Sprint’s proposed merger with MCI Worldcom and displeased shareholders were clouding the future of Call-Net Enterprises Inc., parent of Sprint Canada, as of press time.
“It’s very much up in the air. It’s the glory of speculation only,” said Iain Grant, an analyst with the Yankee Group in Canada, in Brockville, Ont.
New York-based Crescendo Partners L.P. was poised at press time to meet with Call-Net shareholders to discuss the possibility of dissolving the company and selling off the assets, Grant said. Crescendo was displeased when their purchase of Call-Net shares earlier this year turned sour
as share prices fell.
Also, on Oct. 6, a letter from BCT.Telus to Call-Net expressing interest in acquiring Call-Net was made public, along with Call-Net’s reply that the proposed acquisition was not necessarily accepted, but available for discussion.
“The Telus offer has made good sense for the last year,” said Grant. “The combination of BCT.Telus and Call-Net/Sprint Canada as an operating entity makes tremendous sense and should speak enormous shareholder value.”
Grant said it would not make as much sense for BCT.Telus to simply buy Call-Net’s assets, should Crescendo be successful in its intentions.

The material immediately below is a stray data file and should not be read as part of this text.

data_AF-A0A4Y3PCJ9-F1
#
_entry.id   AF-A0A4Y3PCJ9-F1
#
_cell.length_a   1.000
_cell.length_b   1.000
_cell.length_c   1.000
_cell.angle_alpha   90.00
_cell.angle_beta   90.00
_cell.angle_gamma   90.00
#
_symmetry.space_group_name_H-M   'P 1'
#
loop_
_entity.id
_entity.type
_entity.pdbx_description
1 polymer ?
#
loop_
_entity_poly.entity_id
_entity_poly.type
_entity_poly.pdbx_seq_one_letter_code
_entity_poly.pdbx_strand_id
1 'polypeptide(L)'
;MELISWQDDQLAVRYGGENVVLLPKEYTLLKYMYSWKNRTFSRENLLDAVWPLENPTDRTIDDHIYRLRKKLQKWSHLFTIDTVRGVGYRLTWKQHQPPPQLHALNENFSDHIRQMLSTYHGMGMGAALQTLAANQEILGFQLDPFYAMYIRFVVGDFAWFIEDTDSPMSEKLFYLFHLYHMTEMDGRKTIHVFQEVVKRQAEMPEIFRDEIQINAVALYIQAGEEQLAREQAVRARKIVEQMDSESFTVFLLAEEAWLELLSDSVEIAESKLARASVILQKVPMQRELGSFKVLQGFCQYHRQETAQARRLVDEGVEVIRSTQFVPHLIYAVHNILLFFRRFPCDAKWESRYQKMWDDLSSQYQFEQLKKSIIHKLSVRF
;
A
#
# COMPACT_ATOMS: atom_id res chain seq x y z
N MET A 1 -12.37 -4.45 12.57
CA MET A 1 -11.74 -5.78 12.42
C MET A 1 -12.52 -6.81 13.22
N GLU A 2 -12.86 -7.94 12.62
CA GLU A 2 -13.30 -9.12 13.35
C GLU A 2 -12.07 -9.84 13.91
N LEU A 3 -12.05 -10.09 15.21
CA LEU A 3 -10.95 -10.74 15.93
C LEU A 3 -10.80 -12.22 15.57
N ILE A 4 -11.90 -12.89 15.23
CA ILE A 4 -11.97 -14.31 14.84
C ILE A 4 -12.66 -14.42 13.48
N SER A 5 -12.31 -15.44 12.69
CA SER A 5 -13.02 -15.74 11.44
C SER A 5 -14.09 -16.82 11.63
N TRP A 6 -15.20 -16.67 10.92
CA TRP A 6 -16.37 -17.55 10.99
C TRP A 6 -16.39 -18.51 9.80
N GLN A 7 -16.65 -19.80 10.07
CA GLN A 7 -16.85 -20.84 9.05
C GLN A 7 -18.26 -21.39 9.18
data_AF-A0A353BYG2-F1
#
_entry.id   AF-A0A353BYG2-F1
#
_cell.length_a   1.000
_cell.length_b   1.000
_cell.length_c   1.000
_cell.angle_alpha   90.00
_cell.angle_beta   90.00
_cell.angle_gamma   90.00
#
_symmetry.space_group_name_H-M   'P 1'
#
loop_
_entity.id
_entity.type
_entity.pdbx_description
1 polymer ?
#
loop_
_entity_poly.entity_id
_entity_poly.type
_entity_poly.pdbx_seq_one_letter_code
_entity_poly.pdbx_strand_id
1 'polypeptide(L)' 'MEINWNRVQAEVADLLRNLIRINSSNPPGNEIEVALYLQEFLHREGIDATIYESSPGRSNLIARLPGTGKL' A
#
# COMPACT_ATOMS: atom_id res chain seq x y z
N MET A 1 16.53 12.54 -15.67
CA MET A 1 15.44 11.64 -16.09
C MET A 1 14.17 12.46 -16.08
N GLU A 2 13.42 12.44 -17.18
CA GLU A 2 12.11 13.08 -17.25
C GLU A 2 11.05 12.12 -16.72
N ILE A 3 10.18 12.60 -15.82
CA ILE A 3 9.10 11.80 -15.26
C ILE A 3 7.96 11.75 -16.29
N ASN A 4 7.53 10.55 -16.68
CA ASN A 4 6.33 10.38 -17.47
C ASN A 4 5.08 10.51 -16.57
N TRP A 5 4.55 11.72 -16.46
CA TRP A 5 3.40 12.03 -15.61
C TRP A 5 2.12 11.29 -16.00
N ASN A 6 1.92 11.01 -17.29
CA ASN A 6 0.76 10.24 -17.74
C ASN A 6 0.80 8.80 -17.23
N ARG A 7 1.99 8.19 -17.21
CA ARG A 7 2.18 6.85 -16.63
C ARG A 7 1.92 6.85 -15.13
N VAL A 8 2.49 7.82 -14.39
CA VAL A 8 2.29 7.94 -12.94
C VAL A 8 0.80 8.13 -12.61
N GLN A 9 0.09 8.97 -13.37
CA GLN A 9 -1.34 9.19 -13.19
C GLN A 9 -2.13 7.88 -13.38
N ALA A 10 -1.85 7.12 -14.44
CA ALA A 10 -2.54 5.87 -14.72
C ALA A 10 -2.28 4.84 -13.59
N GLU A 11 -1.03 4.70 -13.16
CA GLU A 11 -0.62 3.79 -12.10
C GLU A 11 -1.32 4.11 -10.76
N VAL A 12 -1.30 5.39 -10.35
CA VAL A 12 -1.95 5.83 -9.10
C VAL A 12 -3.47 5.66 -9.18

“Telus needs a robust presence in central Canada, and that takes more than just having the bricks and the buildings. It needs the people. I think the most important assets that Sprint Canada has go home at night.”
What remains unclear is whether or not BCT.Telus is seeking to outright acquire Call-Net, or simply become a large shareholding partner. Grant said BCT.Telus’s consideration of buying all of Call-Net a year ago was deemed too expensive at the time, but things have changed now.
“With Call-Net, they’re looking for a partner now, and weren’t six months ago, because of this Crescendo initiative. They need to have friends.”
Grant said as far as he knows, Sprint in the US (about to be acquired by MCI-Worldcom) is not getting rid of its 25 per cent share in Call-Net, and the deal by which Call-Net uses the Sprint branding in Canada does not expire until 2003. He also said Bell’s current dealings with MCI are up for renewal in the spring, but emphasized neither of those issues are of strong relevance right now.